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The Simplicity of the Studio

I am a minimalist photographer. I tend to eliminate everything from the image except what I consider important. I prefer a graphic presentation – clean, letting the subject and the light speak for me.

Perhaps this comes from early influences like Bert Stern. As a commercial photographer, Stern made his impact in advertising, where he was known for simple composition. His Smirnoff image – the one that lierally introduced vodka into the United States – featured the great pyramid at Gizeh, whose inverse reflection in a martini glass was the single element in the photograph. His image used in the Heublein ad had Bill Corum and Boris Karloff in a boxing ring with no ropes. Just the trapezoidal platform representing the ring, and an exit sign for the crowd. That’s it.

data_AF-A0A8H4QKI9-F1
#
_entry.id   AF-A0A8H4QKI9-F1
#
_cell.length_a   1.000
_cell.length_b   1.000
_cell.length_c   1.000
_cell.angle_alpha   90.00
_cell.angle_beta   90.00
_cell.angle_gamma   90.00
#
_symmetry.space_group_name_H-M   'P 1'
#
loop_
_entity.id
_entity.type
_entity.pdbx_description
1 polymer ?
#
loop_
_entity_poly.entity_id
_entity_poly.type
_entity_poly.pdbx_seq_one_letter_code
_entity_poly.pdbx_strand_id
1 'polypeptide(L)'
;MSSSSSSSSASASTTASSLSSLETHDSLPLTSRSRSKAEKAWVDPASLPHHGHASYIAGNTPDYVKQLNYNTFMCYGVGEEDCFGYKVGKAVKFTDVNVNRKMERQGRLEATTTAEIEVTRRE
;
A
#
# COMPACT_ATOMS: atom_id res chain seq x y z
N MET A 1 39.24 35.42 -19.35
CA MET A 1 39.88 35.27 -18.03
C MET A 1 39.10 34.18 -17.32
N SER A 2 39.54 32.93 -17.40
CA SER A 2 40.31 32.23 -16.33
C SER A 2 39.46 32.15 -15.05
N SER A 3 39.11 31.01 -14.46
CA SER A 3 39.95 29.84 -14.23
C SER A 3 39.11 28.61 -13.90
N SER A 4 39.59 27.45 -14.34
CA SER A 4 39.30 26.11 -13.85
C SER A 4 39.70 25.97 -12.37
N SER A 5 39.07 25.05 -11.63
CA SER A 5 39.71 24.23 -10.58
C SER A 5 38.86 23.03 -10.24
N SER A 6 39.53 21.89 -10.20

For me, the studio provides this simplicity.

The one I use is small, and has a white cyc wall. Light it, it’s white. Don’t light it, it’s grey. Put a grid on a light and you have a gradient.

As Joe McNally says, it is a box that you fill with your imagination.

Here are 2 images that have no props, no elaborate backgrounds, just a subject. And light.

The first, of Rebecca, is shot against the cyc. The key light source is being thrown through a “cookie” (cookaloris), which in this case was a piece of styrofoam with slits cut in it to cast light patterns as if coming through a window.

The second, featuring Haley, has the key very much controlled in a strip box, as if the light was coming through an open doorway.

Both have the feeling of reflective moments; we have caught the subjects in a moment of quiet contemplation. Both are toned black and white images, so not even color is there to distract. All there is is light, And dark. And my subject.

I recently returned to the studio from some location work. I enjoyed the escape from the heat, the bugs. And the return to simplicity.


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